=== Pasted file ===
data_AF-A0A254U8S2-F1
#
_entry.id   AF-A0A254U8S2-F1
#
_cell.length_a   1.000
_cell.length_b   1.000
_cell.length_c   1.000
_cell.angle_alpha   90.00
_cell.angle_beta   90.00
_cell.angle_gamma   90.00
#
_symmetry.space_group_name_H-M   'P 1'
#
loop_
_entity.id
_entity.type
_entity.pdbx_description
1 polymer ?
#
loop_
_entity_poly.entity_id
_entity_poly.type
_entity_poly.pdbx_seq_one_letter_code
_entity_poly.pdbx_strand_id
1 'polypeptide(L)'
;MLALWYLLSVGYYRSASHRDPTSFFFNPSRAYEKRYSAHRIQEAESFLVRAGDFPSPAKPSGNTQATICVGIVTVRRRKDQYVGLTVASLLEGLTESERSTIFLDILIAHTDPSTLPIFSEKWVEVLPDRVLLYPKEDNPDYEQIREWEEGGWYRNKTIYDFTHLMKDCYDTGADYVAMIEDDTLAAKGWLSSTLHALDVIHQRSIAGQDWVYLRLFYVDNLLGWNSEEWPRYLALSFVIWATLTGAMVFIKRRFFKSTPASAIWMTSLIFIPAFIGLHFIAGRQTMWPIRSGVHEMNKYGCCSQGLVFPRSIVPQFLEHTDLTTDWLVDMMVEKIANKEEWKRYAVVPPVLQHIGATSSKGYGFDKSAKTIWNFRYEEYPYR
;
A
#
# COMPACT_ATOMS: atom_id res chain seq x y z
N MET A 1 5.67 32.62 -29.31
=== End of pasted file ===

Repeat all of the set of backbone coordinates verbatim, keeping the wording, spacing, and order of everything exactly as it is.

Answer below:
data_AF-A0A254U8S2-F1
#
_entry.id   AF-A0A254U8S2-F1
#
_cell.length_a   1.000
_cell.length_b   1.000
_cell.length_c   1.000
_cell.angle_alpha   90.00
_cell.angle_beta   90.00
_cell.angle_gamma   90.00
#
_symmetry.space_group_name_H-M   'P 1'
#
loop_
_entity.id
_entity.type
_entity.pdbx_description
1 polymer ?
#
loop_
_entity_poly.entity_id
_entity_poly.type
_entity_poly.pdbx_seq_one_letter_code
_entity_poly.pdbx_strand_id
1 'polypeptide(L)'
;MLALWYLLSVGYYRSASHRDPTSFFFNPSRAYEKRYSAHRIQEAESFLVRAGDFPSPAKPSGNTQATICVGIVTVRRRKDQYVGLTVASLLEGLTESERSTIFLDILIAHTDPSTLPIFSEKWVEVLPDRVLLYPKEDNPDYEQIREWEEGGWYRNKTIYDFTHLMKDCYDTGADYVAMIEDDTLAAKGWLSSTLHALDVIHQRSIAGQDWVYLRLFYVDNLLGWNSEEWPRYLALSFVIWATLTGAMVFIKRRFFKSTPASAIWMTSLIFIPAFIGLHFIAGRQTMWPIRSGVHEMNKYGCCSQGLVFPRSIVPQFLEHTDLTTDWLVDMMVEKIANKEEWKRYAVVPPVLQHIGATSSKGYGFDKSAKTIWNFRYEEYPYR
;
A
#
# COMPACT_ATOMS: atom_id res chain seq x y z
N MET A 1 5.67 32.62 -29.31